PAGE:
Several studies have suggested that testosterone may have a direct, GH-independent effect on growth. In order to assess possible mechanism(s) whereby testosterone exerts its growth-promoting effect, we evaluated its effect on growth mediators of the GH-IGF-I axis, in both the liver and the epiphyseal growth plate (EGP). Testosterone was administered to peripubertal rats and the responses of mRNA of GH receptor, IGF-I, IGF-I receptor and IGF-binding proteins-1 and -3 (IGFBP-1 and IGFBP-3) as well as circulating IGF-I were evaluated in two time-related models: over 12 h after a single injection (short-term study) and 10 days after continuous administration (long-term study). Rats in the short-term study were castrated and were killed 1, 4, 6 and 12 h post injection. Rats in the long-term study were divided into two groups: castrated vs castrated and hypophysectomized, in order to assess the effect of testosterone in the presence and absence of GH. mRNA levels were determined by RNase protection assay, and serum IGF-I by RIA. Testosterone enhanced weight gain in the rats treated for 10 days, a change that was similar in the presence or absence of GH. This effect was relatively small, however, by comparison with the total weight gained without testosterone. Testosterone had no effect on hepatic IGF-I mRNA abundance but induced a reduction in circulating IGF-I levels, in both the short- and long-term study. Testosterone had no effect on hepatic GH receptor and IGFBP-3 mRNA levels but resulted in a transient, short-term elevation in IGFBP-1 mRNA levels that was maximal 4 h post injection.In the EGP, neither testosterone administration nor hypophysectomy had any effect on IGF-I and IGF-I receptor mRNA levels. However, testosterone increased GH receptor mRNA abundance after 10 days of continuous administration in hypophysectomized rats only.These data suggest that the effect of testosterone on growth (as assessed by weight gain) is small and is not mediated by changes in hepatic gene expression of IGF-I, IGF-I receptor, IGFBP-1, IGFBP-3 or circulating IGF-I. At the EGP, the testosterone effect on linear growth is not mediated through changes in mRNA abundance of IGF-I and IGF-I receptor. The small but significant elevation of GH receptor mRNA levels in hypophysectomized rats may suggest a testosterone-mediated augmentation of a GH effect at the target organ.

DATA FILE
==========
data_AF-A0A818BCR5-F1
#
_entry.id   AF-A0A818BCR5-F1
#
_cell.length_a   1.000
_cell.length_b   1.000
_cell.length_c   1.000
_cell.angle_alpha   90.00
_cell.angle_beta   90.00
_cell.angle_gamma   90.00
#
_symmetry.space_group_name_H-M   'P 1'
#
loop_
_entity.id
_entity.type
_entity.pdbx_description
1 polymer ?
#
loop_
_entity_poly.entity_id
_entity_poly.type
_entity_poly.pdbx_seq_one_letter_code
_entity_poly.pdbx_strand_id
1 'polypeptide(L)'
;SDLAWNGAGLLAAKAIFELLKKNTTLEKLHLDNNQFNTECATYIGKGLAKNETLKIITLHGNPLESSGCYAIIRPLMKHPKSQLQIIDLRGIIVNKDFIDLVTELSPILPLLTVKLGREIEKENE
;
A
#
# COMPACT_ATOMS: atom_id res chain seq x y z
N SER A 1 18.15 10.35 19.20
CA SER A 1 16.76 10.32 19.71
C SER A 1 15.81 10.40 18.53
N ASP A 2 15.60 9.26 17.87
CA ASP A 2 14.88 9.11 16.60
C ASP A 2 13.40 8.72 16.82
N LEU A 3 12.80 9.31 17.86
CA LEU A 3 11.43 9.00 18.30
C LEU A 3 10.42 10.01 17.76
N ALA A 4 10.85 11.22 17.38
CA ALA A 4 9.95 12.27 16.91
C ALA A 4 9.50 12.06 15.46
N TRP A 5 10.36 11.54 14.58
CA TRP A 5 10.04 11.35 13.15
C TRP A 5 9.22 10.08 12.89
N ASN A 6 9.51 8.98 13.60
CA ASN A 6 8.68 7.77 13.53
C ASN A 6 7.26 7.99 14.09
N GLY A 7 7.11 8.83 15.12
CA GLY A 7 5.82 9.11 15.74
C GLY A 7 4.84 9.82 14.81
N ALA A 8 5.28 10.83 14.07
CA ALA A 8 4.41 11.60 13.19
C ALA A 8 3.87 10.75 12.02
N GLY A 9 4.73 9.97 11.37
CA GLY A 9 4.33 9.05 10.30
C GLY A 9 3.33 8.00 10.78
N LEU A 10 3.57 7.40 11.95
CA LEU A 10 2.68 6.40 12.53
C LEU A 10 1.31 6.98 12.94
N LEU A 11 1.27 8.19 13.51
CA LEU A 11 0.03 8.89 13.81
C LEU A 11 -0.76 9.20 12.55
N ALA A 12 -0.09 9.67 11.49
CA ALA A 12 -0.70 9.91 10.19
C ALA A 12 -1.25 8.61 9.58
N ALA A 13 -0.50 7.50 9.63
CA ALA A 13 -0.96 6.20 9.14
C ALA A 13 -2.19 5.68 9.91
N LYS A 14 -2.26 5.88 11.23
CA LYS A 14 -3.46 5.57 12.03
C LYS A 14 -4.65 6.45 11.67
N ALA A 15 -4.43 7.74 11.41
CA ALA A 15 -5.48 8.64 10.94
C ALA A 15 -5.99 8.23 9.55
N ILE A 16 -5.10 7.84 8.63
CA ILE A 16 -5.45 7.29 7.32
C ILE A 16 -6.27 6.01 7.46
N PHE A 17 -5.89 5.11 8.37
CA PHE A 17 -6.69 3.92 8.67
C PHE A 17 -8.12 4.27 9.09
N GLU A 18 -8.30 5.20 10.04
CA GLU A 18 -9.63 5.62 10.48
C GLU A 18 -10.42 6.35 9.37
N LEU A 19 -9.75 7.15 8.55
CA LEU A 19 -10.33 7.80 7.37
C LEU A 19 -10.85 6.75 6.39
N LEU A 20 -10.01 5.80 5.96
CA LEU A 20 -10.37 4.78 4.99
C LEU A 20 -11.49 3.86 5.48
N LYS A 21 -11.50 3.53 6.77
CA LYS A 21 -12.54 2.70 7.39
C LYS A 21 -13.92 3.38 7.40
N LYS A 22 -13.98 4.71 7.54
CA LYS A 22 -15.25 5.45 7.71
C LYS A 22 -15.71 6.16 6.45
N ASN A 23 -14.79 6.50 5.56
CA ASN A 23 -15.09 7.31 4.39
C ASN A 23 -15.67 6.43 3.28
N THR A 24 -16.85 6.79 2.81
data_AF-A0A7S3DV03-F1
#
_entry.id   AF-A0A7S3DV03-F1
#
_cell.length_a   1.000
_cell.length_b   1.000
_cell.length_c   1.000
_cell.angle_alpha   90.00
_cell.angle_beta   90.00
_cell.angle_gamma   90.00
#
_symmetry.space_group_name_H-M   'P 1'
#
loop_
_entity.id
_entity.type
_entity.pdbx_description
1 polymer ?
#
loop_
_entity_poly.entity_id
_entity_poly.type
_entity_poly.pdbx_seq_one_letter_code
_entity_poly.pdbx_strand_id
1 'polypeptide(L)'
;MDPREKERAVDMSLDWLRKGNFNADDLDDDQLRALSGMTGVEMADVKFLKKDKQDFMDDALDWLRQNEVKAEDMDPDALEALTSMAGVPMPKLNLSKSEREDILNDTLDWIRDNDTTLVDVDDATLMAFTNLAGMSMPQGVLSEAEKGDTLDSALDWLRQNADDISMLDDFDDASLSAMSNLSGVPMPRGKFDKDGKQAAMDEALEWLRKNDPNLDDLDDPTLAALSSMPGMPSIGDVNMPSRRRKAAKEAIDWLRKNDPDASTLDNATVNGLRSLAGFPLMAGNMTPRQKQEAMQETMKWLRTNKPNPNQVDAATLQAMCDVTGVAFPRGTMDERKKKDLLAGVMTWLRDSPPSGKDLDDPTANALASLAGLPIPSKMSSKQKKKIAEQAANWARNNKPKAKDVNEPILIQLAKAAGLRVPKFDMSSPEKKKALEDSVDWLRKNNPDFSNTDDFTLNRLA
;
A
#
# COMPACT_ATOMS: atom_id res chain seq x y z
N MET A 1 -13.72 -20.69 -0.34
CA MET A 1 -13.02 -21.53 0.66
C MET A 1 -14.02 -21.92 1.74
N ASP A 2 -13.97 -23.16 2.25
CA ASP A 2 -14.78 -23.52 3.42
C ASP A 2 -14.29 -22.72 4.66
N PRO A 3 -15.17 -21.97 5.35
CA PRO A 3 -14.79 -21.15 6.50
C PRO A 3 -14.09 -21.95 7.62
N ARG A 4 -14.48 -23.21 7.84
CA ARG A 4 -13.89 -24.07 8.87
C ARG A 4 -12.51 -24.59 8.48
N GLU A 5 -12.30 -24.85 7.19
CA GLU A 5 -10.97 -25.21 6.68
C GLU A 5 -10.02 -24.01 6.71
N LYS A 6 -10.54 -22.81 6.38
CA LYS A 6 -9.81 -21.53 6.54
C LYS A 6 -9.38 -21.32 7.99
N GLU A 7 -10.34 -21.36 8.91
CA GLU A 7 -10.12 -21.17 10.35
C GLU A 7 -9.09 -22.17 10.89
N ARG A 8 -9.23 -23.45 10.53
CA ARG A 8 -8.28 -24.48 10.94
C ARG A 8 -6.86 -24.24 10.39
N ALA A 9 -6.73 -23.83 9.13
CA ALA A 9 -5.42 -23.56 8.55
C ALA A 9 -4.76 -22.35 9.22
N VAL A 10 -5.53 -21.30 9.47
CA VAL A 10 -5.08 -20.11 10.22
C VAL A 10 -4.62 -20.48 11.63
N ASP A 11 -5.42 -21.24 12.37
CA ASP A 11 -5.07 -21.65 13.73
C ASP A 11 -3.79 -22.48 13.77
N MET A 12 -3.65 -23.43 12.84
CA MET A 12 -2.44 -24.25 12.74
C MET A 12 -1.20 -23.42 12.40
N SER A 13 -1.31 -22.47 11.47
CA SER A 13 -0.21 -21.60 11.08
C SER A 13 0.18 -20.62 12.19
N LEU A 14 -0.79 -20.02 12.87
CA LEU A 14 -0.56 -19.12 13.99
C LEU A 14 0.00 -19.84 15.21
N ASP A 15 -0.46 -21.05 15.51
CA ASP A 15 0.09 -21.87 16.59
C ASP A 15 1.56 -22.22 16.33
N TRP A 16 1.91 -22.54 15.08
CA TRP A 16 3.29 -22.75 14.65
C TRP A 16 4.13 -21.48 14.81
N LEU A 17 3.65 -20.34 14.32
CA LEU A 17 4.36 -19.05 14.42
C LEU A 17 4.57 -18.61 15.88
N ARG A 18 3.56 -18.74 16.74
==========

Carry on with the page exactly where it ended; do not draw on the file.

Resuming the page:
JG Lemmen, RJ Arends, AL van Boxtel, PT van der Saag, and B van der Burg
With the aim of developing an in vivo model that directly detects activation of estrogen receptors (ERs), transgenic mice carrying a luciferase reporter gene were generated. The luciferase reporter gene was under the control of three consensus estrogen-responsive elements (EREs) coupled to a minimal TATA-box, with or without flanking chick beta-globin insulators. By using this model in combination with the IVIS imaging system, in vivo ER activation was measured. Dose- and time-dependent luciferase activity was induced in various organs of adult transgenic male mice exposed to diethylstilbestrol (DES) (10-1000 micro g/kg) and 17beta-estradiol dipropionate (EP) (10-1000 micro g/kg), when luciferase activity was measured ex vivo. The highest (>10 000-fold) induction of luciferase was measured in bone and kidney 24 h after exposure to 1000 micro g/kg EP. Other highly responsive organs include liver, testis, pituitary, brain, prostate and colon, which show different activity profiles. This in vivo model for detecting estrogenic activity can be used to assess tissue-specific action of ER agonists and antagonists. These could include selective ER modulators and environmental estrogens. In combination with the IVIS imaging system, this in vivo model is a powerful tool for assessing the kinetics of gene activation by estrogenic compounds.
Endong Zhu, Juanjuan Zhang, Jie Zhou, Hairui Yuan, Wei Zhao, and Baoli Wang
miR-20a-5p has recently been identified to induce adipogenesis of established adipogenic cell lines in our previous study. However, its role and molecular mechanisms in the regulation of adipocyte lineage commitment of bone marrow-derived stromal cells (BMSCs) still need to be explored. In this report, we demonstrated the expression of miR-20a-5p was promoted gradually during adipogenic differentiation in BMSCs. We also confirmed that miR-20a-5p has a positive function in the adipogenic differentiation of BMSCs by gain-of-function study with overexpression lentivirus or synthetic mimics of miR-20a-5p, and loss-of-function study with sponge lentivirus or synthetic inhibitor of miR-20a-5p. Dual luciferase reporter assay, GFP repression assay and Western blotting suggested Kruppel-like factor 3 (Klf3) was a direct target of miR-20a-5p. Furthermore, siRNA-mediated silencing of Klf3 recapitulated the potentiation of adipogenesis induced by miR-20a-5p overexpression, whereas enhanced expression of Klf3 attenuated the effect of miR-20a-5p. As Klf3 was reported to play an inhibitory role in adipogenesis at the initial stage of differentiation, the findings we present here indicate that miR-20a-5p promotes adipocyte differentiation from BMSCs by targeting and negatively regulating Klf3 in the early phase during the procedure of adipogenesis.